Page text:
Apply to Review My Newest Book!

Hey everyone!

If you – like me – love free shit, then I’ve got just the thing for you:

You can receive a signed copy of my new book, a Starbucks gift card, and a free swag bag of book-themed items. The value of this package is $100!

The return is that you agree to review my book no later than July 1st, 2019 on Amazon.com with a copy of your review sent to me (I promise, I won’t be offended by blatant honesty).

Apply to review it by clicking on the link below, to answer just a few questions and be entered in the selection process. I will be choosing 10 people to review my book, and of those that didn’t make the cut will be holding a raffle of the same value.

Thanks so much for joining me on my next adventure!

Here’s the linkie: https://goo.gl/forms/YhQkFBgzWfs4CyEq1

An Open Letter To Single Mothers, Everywhere

Suck it up.

Yep, I said it. Suck it up.

I mean this with the utmost understanding of the struggles you are experiencing.

Suck. It. Up.

That’s what I read over and over and over again in the comments section of an article this morning on Scary Mommy, although it was the single mothers, everywhere, that were screeching it in what I can only imagine the shrillest of tones.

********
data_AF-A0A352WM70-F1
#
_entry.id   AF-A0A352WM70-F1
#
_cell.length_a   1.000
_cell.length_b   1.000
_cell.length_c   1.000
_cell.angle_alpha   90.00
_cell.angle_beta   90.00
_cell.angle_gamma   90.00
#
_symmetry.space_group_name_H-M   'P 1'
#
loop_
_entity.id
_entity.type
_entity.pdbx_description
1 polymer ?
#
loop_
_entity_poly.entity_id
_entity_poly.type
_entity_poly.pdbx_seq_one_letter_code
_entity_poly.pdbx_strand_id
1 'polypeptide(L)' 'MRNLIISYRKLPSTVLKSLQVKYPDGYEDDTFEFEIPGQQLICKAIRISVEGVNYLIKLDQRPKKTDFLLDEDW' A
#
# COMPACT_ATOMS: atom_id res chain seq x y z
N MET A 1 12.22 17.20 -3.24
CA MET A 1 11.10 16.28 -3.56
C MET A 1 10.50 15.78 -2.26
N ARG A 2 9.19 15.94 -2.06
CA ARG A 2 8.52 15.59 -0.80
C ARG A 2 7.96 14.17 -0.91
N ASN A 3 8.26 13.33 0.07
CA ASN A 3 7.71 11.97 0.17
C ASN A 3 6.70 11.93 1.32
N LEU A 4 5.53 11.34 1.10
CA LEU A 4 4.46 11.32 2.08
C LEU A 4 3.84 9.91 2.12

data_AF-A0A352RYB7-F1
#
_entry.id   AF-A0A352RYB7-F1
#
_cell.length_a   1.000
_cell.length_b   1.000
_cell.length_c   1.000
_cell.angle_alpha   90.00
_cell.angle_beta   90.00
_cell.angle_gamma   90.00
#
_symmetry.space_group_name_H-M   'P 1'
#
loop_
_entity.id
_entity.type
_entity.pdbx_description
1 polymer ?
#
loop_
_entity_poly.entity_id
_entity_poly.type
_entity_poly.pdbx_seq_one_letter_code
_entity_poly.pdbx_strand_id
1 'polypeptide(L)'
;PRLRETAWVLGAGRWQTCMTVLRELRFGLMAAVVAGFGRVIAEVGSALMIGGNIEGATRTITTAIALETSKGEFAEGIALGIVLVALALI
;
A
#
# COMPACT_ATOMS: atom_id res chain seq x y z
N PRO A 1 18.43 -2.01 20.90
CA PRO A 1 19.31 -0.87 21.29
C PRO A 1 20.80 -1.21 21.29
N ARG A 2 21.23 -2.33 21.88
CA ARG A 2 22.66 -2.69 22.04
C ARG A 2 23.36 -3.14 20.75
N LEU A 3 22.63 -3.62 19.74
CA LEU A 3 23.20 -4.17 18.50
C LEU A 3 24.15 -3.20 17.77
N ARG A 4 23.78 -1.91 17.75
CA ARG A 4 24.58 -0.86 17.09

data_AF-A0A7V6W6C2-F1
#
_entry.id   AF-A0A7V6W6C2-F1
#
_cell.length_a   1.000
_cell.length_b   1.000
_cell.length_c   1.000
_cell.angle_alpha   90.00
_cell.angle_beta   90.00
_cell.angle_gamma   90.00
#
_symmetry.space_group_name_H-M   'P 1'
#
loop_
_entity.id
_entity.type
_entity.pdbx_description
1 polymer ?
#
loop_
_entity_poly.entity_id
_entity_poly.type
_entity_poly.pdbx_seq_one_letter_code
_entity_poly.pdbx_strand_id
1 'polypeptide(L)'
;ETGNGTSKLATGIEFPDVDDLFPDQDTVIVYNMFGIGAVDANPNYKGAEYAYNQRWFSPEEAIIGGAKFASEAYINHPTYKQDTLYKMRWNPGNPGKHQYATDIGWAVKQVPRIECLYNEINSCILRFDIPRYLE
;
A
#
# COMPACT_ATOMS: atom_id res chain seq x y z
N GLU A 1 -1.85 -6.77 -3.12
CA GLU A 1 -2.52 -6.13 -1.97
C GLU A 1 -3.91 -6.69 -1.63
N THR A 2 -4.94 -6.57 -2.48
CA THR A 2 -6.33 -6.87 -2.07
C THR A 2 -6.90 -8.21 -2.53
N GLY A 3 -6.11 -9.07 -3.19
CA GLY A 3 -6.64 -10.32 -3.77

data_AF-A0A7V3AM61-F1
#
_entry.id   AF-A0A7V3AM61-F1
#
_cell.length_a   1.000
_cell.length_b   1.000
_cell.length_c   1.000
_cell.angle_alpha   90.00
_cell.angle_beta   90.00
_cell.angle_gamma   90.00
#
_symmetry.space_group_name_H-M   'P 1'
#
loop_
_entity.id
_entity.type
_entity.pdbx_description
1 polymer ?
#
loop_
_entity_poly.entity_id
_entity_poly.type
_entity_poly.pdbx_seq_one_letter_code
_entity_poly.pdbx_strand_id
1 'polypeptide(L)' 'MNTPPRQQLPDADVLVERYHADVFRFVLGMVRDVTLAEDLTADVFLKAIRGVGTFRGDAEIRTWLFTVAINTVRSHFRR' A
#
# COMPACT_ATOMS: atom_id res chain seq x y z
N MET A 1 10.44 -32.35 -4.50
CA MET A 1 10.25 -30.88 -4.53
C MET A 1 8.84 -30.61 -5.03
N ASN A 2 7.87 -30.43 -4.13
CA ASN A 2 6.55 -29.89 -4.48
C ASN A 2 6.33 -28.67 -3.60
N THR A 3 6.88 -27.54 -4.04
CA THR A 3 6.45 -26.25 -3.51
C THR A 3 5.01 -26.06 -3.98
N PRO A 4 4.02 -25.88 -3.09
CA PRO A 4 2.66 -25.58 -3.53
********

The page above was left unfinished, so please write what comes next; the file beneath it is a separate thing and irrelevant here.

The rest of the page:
Nobody has it as bad as you, right?

UGH.

Suck it up.

So I woke up this morning, and as I always do, checked all the notifications on my phone. Then, after clearing them, scrolled through my Facebook feed and ran across this:

Single mothers everywhere, came to this post in particular, just to tell a woman (women, because others had empathized in the comments and were being directly addressed as well) to suck it up.

To the writer of this article: I identify. Big time.

My husband doesn’t travel for work, but he is never around either. He works the nightshift, extra hours, and takes extra jobs on weekends as side projects to further his career. When he is home, he is sleeping or sitting on his phone or answering emails from work.

He is not and he has never been an extra set of hands.

I am the lone ranger of our home. I do all the cooking. All the cleaning. All the driving. The baths, the bedtimes, the runny noses and endless doctor’s appointments – you guys get it, I do it all. There is no me time, no self care. No “I do the cooking, you do the dishes.” I do all of it, and then I make my husband a plate of food to eat the next day and many times he just throws it in the trash because “work catered this morning.”

Most days it’s all I can do to keep my head above water. And all for the income of barely above a livable wage, because not only does my husband sacrifice his time for his career, he sacrifices good wages. I cut my own hair, I cook every meal at home, and I go without basic necessities time after time after time to give my kids opportunity and my husband the chance to achieve his dreams.